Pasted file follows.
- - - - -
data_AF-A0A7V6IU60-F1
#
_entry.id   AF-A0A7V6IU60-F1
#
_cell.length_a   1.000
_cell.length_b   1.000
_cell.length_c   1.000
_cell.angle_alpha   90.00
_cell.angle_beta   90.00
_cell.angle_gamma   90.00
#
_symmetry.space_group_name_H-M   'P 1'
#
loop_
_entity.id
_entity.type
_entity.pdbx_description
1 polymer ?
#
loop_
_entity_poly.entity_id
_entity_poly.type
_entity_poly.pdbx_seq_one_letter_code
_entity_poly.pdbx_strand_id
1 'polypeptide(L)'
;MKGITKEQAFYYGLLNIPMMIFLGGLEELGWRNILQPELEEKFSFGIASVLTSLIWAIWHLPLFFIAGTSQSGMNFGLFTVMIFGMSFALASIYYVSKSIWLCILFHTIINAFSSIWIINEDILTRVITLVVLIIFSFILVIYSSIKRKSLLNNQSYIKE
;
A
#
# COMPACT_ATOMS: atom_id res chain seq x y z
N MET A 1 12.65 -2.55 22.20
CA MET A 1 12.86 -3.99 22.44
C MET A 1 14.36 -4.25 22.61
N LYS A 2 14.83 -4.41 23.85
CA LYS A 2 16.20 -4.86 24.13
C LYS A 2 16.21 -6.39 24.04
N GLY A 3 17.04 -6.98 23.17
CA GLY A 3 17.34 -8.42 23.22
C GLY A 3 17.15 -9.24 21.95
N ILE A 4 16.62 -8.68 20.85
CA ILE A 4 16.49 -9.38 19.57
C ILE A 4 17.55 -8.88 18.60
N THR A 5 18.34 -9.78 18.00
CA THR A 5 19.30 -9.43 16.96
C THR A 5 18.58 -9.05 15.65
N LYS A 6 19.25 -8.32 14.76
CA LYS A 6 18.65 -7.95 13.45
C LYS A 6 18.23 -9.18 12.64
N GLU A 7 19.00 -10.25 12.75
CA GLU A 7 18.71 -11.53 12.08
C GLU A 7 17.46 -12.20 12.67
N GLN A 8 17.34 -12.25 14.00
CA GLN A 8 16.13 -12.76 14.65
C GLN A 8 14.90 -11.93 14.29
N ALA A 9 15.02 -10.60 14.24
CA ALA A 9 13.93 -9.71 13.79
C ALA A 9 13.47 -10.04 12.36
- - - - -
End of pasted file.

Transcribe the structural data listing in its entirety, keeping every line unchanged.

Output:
data_AF-A0A7V6IU60-F1
#
_entry.id   AF-A0A7V6IU60-F1
#
_cell.length_a   1.000
_cell.length_b   1.000
_cell.length_c   1.000
_cell.angle_alpha   90.00
_cell.angle_beta   90.00
_cell.angle_gamma   90.00
#
_symmetry.space_group_name_H-M   'P 1'
#
loop_
_entity.id
_entity.type
_entity.pdbx_description
1 polymer ?
#
loop_
_entity_poly.entity_id
_entity_poly.type
_entity_poly.pdbx_seq_one_letter_code
_entity_poly.pdbx_strand_id
1 'polypeptide(L)'
;MKGITKEQAFYYGLLNIPMMIFLGGLEELGWRNILQPELEEKFSFGIASVLTSLIWAIWHLPLFFIAGTSQSGMNFGLFTVMIFGMSFALASIYYVSKSIWLCILFHTIINAFSSIWIINEDILTRVITLVVLIIFSFILVIYSSIKRKSLLNNQSYIKE
;
A
#
# COMPACT_ATOMS: atom_id res chain seq x y z
N MET A 1 12.65 -2.55 22.20
CA MET A 1 12.86 -3.99 22.44
C MET A 1 14.36 -4.25 22.61
N LYS A 2 14.83 -4.41 23.85
CA LYS A 2 16.20 -4.86 24.13
C LYS A 2 16.21 -6.39 24.04
N GLY A 3 17.04 -6.98 23.17
CA GLY A 3 17.34 -8.42 23.22
C GLY A 3 17.15 -9.24 21.95
N ILE A 4 16.62 -8.68 20.85
CA ILE A 4 16.49 -9.38 19.57
C ILE A 4 17.55 -8.88 18.60
N THR A 5 18.34 -9.78 18.00
CA THR A 5 19.30 -9.43 16.96
C THR A 5 18.58 -9.05 15.65
N LYS A 6 19.25 -8.32 14.76
CA LYS A 6 18.65 -7.95 13.45
C LYS A 6 18.23 -9.18 12.64
N GLU A 7 19.00 -10.25 12.75
CA GLU A 7 18.71 -11.53 12.08
C GLU A 7 17.46 -12.20 12.67
N GLN A 8 17.34 -12.25 14.00
CA GLN A 8 16.13 -12.76 14.65
C GLN A 8 14.90 -11.93 14.29
N ALA A 9 15.02 -10.60 14.24
CA ALA A 9 13.93 -9.71 13.79
C ALA A 9 13.47 -10.04 12.36